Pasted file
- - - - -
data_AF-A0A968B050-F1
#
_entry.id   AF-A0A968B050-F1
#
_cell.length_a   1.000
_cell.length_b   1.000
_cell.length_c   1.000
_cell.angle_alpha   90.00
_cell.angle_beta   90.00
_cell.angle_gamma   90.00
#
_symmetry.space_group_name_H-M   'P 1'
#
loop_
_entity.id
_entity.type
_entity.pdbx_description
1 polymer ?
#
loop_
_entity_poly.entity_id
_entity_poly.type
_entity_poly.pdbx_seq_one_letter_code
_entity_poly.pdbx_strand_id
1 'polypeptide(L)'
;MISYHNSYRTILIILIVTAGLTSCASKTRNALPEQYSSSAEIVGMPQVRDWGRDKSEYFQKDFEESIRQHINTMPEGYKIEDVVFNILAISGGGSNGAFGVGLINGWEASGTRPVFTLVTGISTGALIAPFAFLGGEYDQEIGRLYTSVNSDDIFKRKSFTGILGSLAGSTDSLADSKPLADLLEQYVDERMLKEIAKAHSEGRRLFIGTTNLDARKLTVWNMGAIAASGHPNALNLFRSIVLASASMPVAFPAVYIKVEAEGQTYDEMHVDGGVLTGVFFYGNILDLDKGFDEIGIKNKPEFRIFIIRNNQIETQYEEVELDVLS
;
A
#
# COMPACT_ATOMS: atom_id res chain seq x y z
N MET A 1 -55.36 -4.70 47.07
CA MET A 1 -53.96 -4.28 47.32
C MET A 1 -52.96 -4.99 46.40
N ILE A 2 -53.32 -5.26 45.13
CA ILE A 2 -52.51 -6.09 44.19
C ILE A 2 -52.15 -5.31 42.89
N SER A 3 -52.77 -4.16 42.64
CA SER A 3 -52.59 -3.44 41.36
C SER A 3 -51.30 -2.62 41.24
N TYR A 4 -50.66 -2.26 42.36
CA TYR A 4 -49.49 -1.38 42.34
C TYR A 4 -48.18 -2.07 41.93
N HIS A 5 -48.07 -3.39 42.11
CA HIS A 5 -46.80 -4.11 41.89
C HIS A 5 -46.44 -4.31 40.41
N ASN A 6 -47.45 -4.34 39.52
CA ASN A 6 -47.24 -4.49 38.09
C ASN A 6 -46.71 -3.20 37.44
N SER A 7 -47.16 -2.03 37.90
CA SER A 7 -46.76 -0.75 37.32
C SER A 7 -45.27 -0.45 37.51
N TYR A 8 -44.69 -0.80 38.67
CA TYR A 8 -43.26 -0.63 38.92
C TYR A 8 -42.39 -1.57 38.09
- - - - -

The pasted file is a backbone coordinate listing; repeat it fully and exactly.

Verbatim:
data_AF-A0A968B050-F1
#
_entry.id   AF-A0A968B050-F1
#
_cell.length_a   1.000
_cell.length_b   1.000
_cell.length_c   1.000
_cell.angle_alpha   90.00
_cell.angle_beta   90.00
_cell.angle_gamma   90.00
#
_symmetry.space_group_name_H-M   'P 1'
#
loop_
_entity.id
_entity.type
_entity.pdbx_description
1 polymer ?
#
loop_
_entity_poly.entity_id
_entity_poly.type
_entity_poly.pdbx_seq_one_letter_code
_entity_poly.pdbx_strand_id
1 'polypeptide(L)'
;MISYHNSYRTILIILIVTAGLTSCASKTRNALPEQYSSSAEIVGMPQVRDWGRDKSEYFQKDFEESIRQHINTMPEGYKIEDVVFNILAISGGGSNGAFGVGLINGWEASGTRPVFTLVTGISTGALIAPFAFLGGEYDQEIGRLYTSVNSDDIFKRKSFTGILGSLAGSTDSLADSKPLADLLEQYVDERMLKEIAKAHSEGRRLFIGTTNLDARKLTVWNMGAIAASGHPNALNLFRSIVLASASMPVAFPAVYIKVEAEGQTYDEMHVDGGVLTGVFFYGNILDLDKGFDEIGIKNKPEFRIFIIRNNQIETQYEEVELDVLS
;
A
#
# COMPACT_ATOMS: atom_id res chain seq x y z
N MET A 1 -55.36 -4.70 47.07
CA MET A 1 -53.96 -4.28 47.32
C MET A 1 -52.96 -4.99 46.40
N ILE A 2 -53.32 -5.26 45.13
CA ILE A 2 -52.51 -6.09 44.19
C ILE A 2 -52.15 -5.31 42.89
N SER A 3 -52.77 -4.16 42.64
CA SER A 3 -52.59 -3.44 41.36
C SER A 3 -51.30 -2.62 41.24
N TYR A 4 -50.66 -2.26 42.36
CA TYR A 4 -49.49 -1.38 42.34
C TYR A 4 -48.18 -2.07 41.93
N HIS A 5 -48.07 -3.39 42.11
CA HIS A 5 -46.80 -4.11 41.89
C HIS A 5 -46.44 -4.31 40.41
N ASN A 6 -47.45 -4.34 39.52
CA ASN A 6 -47.24 -4.49 38.09
C ASN A 6 -46.71 -3.20 37.44
N SER A 7 -47.16 -2.03 37.90
CA SER A 7 -46.76 -0.75 37.32
C SER A 7 -45.27 -0.45 37.51
N TYR A 8 -44.69 -0.80 38.67
CA TYR A 8 -43.26 -0.63 38.92
C TYR A 8 -42.39 -1.57 38.09